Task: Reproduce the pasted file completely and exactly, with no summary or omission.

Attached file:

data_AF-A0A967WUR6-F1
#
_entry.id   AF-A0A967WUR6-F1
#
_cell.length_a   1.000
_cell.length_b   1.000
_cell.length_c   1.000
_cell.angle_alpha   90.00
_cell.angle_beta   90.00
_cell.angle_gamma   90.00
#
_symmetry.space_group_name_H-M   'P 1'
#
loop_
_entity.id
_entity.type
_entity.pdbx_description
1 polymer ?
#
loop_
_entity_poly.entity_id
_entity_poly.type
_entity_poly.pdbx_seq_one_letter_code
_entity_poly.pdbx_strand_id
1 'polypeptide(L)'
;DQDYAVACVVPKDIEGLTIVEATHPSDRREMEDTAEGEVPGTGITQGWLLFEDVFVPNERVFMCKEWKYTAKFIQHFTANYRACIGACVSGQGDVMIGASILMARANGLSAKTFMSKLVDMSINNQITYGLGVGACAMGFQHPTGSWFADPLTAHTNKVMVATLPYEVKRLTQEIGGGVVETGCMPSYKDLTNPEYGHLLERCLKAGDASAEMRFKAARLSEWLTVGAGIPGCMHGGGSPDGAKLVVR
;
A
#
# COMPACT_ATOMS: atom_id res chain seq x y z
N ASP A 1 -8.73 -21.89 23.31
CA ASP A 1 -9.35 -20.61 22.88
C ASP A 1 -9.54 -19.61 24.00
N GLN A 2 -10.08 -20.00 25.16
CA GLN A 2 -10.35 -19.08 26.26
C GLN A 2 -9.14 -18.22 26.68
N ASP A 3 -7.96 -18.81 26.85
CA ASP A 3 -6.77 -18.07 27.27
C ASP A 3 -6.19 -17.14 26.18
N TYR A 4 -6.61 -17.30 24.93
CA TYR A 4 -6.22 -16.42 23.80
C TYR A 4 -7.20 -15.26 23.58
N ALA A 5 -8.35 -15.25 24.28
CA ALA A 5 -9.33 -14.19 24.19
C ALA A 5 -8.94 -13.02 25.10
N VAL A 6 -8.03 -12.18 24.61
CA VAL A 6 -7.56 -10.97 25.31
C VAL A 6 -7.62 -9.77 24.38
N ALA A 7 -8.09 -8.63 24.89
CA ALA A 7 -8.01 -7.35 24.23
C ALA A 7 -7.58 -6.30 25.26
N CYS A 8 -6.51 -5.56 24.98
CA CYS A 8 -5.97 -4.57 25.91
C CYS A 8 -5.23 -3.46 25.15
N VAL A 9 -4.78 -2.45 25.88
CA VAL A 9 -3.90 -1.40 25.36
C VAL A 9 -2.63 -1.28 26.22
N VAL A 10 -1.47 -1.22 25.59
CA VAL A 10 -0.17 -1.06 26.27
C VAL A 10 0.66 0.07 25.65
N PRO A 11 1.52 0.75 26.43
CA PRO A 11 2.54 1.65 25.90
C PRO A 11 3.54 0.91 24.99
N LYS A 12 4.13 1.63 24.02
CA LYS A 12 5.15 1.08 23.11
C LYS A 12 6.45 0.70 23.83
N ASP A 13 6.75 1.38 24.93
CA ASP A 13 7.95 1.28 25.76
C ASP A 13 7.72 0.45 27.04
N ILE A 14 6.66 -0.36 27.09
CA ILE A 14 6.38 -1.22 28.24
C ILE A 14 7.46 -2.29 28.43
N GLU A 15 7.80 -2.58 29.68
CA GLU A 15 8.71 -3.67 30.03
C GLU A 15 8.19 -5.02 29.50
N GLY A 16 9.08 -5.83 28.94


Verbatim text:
data_AF-A0A967WUR6-F1
#
_entry.id   AF-A0A967WUR6-F1
#
_cell.length_a   1.000
_cell.length_b   1.000
_cell.length_c   1.000
_cell.angle_alpha   90.00
_cell.angle_beta   90.00
_cell.angle_gamma   90.00
#
_symmetry.space_group_name_H-M   'P 1'
#
loop_
_entity.id
_entity.type
_entity.pdbx_description
1 polymer ?
#
loop_
_entity_poly.entity_id
_entity_poly.type
_entity_poly.pdbx_seq_one_letter_code
_entity_poly.pdbx_strand_id
1 'polypeptide(L)'
;DQDYAVACVVPKDIEGLTIVEATHPSDRREMEDTAEGEVPGTGITQGWLLFEDVFVPNERVFMCKEWKYTAKFIQHFTANYRACIGACVSGQGDVMIGASILMARANGLSAKTFMSKLVDMSINNQITYGLGVGACAMGFQHPTGSWFADPLTAHTNKVMVATLPYEVKRLTQEIGGGVVETGCMPSYKDLTNPEYGHLLERCLKAGDASAEMRFKAARLSEWLTVGAGIPGCMHGGGSPDGAKLVVR
;
A
#
# COMPACT_ATOMS: atom_id res chain seq x y z
N ASP A 1 -8.73 -21.89 23.31
CA ASP A 1 -9.35 -20.61 22.88
C ASP A 1 -9.54 -19.61 24.00
N GLN A 2 -10.08 -20.00 25.16
CA GLN A 2 -10.35 -19.08 26.26
C GLN A 2 -9.14 -18.22 26.68
N ASP A 3 -7.96 -18.81 26.85
CA ASP A 3 -6.77 -18.07 27.27
C ASP A 3 -6.19 -17.14 26.18
N TYR A 4 -6.61 -17.30 24.93
CA TYR A 4 -6.22 -16.42 23.80
C TYR A 4 -7.20 -15.26 23.58
N ALA A 5 -8.35 -15.25 24.28
CA ALA A 5 -9.33 -14.19 24.19
C ALA A 5 -8.94 -13.02 25.10
N VAL A 6 -8.03 -12.18 24.61
CA VAL A 6 -7.56 -10.97 25.31
C VAL A 6 -7.62 -9.77 24.38
N ALA A 7 -8.09 -8.63 24.89
CA ALA A 7 -8.01 -7.35 24.23
C ALA A 7 -7.58 -6.30 25.26
N CYS A 8 -6.51 -5.56 24.98
CA CYS A 8 -5.97 -4.57 25.91
C CYS A 8 -5.23 -3.46 25.15
N VAL A 9 -4.78 -2.45 25.88
CA VAL A 9 -3.90 -1.40 25.36
C VAL A 9 -2.63 -1.28 26.22
N VAL A 10 -1.47 -1.22 25.59
CA VAL A 10 -0.17 -1.06 26.27
C VAL A 10 0.66 0.07 25.65
N PRO A 11 1.52 0.75 26.43
CA PRO A 11 2.54 1.65 25.90
C PRO A 11 3.54 0.91 24.99
N LYS A 12 4.13 1.63 24.02
CA LYS A 12 5.15 1.08 23.11
C LYS A 12 6.45 0.70 23.83
N ASP A 13 6.75 1.38 24.93
CA ASP A 13 7.95 1.28 25.76
C ASP A 13 7.72 0.45 27.04
N ILE A 14 6.66 -0.36 27.09
CA ILE A 14 6.38 -1.22 28.24
C ILE A 14 7.46 -2.29 28.43
N GLU A 15 7.80 -2.58 29.68
CA GLU A 15 8.71 -3.67 30.03
C GLU A 15 8.19 -5.02 29.50
N GLY A 16 9.08 -5.83 28.94